All adult patients who have a positive blood test should also undergo gastroscopy of the duodenum, so that doctors can look for tissue changes.

With these diagnostic tools, many more people have been diagnosed with celiac disease than ever before.

Nevertheless, the researchers don’t think they’ve found everyone with the disease. Many people have stomach aches without understanding what is wrong with them, they believe.

“I think there is a strong underdiagnosis of celiac disease here in Norway,” says Lundin.

Too few get diagnosed

Studies from Sweden and Finland may indicate that celiac disease is far more common than expected.

Later this year, a Norwegian study will release its results on a refined estimate of the incidence in Norway.

The study is analysing 55,000 blood samples from the North Trøndelag Health Survey (HUNT). People whose blood samples test positive will be invited to get a gastroscopy to confirm the diagnosis.

The researchers do not want to speculate on the results, but they say the preliminary results look exciting.

More insight into other diseases

Understanding celiac disease is not only important for people with the disease. It’s also becoming important in understanding other immune disorders.

Last year, researchers found that the same immune cells that respond to gluten in celiac disease are found in patients with other autoimmune diseases.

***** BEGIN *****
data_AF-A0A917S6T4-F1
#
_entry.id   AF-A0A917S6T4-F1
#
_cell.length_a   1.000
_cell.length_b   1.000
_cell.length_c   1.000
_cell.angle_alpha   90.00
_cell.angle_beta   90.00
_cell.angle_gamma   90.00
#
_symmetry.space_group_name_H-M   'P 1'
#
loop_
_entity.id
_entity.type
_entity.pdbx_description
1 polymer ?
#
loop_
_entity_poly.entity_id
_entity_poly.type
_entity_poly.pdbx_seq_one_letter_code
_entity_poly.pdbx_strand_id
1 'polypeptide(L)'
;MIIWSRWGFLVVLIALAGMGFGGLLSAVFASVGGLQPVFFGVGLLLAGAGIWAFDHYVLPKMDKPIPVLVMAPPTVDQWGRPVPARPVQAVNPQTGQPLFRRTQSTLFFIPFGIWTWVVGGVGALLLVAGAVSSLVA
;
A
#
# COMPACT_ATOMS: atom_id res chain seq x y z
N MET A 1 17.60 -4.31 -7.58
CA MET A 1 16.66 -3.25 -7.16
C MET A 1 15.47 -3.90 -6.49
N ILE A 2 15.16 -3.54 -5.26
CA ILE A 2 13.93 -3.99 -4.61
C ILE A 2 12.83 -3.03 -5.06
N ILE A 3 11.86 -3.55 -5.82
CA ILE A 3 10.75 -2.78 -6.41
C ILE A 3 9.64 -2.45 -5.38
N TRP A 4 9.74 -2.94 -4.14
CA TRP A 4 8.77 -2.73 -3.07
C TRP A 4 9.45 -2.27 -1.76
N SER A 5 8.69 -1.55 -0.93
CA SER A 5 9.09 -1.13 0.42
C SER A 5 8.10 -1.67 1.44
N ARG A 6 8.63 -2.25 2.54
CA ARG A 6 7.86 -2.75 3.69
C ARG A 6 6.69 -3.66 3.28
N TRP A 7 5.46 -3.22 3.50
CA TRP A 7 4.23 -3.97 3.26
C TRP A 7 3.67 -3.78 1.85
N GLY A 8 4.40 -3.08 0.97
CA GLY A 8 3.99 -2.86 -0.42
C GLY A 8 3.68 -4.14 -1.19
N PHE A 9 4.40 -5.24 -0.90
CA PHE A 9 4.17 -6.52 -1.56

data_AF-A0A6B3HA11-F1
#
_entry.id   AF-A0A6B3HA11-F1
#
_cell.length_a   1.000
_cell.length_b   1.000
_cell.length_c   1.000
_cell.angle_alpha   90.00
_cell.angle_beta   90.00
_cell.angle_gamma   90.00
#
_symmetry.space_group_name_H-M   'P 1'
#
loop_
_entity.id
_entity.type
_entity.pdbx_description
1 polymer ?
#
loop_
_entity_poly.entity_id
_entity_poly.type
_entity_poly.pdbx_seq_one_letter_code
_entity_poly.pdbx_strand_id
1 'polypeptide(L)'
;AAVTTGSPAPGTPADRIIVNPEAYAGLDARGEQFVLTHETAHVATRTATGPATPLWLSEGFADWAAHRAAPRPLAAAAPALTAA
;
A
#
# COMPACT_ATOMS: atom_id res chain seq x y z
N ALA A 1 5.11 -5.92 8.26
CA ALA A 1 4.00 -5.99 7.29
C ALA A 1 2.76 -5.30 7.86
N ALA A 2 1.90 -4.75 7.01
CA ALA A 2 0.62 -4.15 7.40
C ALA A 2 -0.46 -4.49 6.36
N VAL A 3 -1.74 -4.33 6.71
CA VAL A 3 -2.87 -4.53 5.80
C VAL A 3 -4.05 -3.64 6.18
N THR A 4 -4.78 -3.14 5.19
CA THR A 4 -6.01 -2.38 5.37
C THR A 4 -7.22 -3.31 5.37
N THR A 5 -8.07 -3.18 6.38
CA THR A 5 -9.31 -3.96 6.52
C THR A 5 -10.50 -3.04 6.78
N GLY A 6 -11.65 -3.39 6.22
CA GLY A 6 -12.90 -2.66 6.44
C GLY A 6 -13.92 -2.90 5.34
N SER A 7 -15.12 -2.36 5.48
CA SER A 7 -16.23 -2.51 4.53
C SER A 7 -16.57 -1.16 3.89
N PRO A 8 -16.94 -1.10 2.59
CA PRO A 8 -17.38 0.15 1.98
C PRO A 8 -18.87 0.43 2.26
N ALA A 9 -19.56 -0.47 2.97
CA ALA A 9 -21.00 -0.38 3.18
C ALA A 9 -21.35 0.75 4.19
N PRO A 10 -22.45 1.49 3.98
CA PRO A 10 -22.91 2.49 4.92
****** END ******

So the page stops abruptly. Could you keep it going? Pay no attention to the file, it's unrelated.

This is true for arthritis, MS, type 1 diabetes, systemic sclerosis and psoriasis.

“The underlying immune mechanisms of these diseases are probably very similar,” Sollid says.

The only disease that is understood

But celiac disease is the only one of these autoimmune diseases where scientists know exactly why the immune system’s soldiers are converted into weapons: The body thinks gluten is dangerous.

The immune cells that guard against intruders are called T cells.

When T cells attack, they cause inflammation of the small intestine. This causes the intestinal villus to disappear and the bowel to become inflamed. This reaction impairs the intestine’s ability to absorb nutrients from food.

Over the long term, this can cause the patient to suffer from fatigue and iron and calcium deficiencies, which can have long-term health consequences. People with untreated celiac disease are likely to have a slightly increased risk of dying earlier.

Not born with celiac disease